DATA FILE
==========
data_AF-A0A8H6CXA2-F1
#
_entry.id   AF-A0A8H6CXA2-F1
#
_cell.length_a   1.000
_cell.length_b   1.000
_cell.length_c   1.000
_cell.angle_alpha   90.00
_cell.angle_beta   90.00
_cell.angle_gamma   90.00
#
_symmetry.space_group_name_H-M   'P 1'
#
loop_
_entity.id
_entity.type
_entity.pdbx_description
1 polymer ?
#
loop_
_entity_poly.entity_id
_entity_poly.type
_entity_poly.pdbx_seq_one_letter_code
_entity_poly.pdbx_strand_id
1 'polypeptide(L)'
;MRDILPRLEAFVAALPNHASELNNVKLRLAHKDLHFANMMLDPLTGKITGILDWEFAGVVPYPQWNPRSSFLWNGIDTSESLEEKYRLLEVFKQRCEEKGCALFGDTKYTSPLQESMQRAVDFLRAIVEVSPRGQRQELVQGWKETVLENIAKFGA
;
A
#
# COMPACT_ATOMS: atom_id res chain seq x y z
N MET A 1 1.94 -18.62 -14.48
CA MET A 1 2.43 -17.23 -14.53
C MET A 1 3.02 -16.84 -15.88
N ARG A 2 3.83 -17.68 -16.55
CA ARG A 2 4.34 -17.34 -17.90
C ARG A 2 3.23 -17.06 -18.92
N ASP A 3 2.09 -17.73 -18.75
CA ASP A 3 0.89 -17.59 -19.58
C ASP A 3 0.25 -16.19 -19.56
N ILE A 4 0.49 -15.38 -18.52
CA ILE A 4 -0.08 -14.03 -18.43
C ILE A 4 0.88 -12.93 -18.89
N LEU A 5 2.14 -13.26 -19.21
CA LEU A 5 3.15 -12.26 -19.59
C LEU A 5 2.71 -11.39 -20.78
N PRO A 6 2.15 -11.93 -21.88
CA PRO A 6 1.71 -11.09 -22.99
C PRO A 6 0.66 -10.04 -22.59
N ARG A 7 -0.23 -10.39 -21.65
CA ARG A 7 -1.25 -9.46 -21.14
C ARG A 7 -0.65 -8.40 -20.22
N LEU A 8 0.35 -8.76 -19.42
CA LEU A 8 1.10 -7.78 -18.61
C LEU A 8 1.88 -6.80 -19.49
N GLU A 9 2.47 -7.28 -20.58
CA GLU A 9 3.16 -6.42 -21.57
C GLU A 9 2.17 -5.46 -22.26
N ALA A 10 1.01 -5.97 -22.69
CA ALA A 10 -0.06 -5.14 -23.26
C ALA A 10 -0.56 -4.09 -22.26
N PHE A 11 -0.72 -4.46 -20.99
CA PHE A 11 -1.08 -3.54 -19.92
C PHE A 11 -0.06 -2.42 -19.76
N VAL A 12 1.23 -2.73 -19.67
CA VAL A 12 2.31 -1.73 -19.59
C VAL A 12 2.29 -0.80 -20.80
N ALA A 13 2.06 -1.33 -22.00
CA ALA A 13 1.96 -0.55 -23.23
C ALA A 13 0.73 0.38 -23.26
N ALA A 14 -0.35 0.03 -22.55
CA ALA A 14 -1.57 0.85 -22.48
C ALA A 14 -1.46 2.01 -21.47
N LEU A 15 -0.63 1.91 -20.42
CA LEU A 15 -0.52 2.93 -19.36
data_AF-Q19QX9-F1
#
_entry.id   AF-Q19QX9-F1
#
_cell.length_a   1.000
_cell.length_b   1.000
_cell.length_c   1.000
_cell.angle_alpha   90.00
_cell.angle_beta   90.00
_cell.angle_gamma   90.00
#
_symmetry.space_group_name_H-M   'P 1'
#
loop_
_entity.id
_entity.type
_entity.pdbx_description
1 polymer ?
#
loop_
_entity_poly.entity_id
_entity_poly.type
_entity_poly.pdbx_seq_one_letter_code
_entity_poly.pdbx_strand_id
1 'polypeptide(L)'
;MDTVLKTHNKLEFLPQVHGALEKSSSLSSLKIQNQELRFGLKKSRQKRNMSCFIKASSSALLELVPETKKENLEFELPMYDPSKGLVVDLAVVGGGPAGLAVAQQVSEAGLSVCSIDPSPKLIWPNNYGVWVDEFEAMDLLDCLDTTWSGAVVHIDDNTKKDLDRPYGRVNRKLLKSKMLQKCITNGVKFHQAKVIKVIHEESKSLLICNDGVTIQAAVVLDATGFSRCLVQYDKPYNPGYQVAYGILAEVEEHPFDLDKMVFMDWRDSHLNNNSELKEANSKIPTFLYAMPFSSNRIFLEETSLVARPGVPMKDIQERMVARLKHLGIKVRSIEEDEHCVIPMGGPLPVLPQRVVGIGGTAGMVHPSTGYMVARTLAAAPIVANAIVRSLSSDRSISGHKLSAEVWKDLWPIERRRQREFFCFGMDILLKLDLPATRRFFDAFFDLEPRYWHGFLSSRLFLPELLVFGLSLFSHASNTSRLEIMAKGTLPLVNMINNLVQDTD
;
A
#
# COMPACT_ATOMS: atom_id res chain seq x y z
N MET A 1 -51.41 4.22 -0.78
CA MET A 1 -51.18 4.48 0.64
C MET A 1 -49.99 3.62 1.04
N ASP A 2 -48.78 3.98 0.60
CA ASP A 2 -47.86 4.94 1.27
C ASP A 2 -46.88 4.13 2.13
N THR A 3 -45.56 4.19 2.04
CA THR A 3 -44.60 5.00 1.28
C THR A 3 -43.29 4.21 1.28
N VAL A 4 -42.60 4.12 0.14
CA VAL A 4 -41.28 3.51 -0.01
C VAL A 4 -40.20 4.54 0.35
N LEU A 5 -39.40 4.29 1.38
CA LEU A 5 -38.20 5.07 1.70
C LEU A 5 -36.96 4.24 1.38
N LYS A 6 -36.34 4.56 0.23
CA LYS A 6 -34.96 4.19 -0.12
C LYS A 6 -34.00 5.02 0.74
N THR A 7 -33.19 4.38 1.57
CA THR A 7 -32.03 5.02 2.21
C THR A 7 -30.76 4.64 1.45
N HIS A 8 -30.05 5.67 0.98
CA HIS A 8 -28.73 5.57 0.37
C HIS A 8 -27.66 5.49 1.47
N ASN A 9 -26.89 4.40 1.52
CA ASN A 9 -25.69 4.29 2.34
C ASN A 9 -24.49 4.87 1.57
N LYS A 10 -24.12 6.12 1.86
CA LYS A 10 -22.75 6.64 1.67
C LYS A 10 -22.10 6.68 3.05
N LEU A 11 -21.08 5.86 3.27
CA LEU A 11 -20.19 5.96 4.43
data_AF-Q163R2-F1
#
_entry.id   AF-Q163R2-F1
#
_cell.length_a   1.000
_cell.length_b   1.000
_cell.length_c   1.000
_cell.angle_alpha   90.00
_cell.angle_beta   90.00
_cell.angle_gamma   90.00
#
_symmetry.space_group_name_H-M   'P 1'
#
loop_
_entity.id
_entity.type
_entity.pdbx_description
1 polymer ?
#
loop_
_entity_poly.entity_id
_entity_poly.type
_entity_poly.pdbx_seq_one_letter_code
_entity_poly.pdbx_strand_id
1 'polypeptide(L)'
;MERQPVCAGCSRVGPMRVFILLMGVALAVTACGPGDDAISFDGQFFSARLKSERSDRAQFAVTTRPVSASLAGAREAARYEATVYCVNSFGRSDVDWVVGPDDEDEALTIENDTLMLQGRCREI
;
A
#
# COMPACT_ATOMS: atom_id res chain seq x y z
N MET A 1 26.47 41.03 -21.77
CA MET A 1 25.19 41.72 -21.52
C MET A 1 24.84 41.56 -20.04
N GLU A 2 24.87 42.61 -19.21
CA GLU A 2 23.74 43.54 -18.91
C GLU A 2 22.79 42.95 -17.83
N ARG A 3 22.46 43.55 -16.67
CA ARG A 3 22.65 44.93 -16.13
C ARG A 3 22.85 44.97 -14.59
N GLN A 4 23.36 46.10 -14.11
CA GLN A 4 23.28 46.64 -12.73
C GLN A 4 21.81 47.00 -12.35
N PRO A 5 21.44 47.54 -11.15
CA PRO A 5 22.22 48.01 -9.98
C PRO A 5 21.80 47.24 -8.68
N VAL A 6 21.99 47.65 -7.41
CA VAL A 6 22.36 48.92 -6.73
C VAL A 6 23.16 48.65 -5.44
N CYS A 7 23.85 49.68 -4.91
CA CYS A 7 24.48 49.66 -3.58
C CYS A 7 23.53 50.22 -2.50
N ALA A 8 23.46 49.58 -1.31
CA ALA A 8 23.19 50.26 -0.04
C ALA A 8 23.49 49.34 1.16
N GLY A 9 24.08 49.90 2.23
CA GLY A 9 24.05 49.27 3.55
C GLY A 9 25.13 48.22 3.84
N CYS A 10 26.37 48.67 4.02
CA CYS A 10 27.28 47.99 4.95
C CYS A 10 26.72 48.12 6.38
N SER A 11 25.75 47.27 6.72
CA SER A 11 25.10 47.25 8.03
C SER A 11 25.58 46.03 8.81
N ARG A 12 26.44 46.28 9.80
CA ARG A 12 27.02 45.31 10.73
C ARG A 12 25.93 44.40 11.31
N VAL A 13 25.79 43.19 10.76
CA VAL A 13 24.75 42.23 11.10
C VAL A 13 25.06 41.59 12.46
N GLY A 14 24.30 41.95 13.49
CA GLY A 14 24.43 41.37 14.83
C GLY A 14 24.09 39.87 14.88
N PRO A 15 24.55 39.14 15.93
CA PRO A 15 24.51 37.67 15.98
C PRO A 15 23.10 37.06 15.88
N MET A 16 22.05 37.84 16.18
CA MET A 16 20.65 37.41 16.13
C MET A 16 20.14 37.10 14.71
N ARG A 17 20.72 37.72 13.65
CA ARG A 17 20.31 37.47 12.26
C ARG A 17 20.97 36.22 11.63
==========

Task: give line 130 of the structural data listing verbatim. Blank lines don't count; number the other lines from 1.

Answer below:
CA ASN A 9 -25.69 4.29 2.34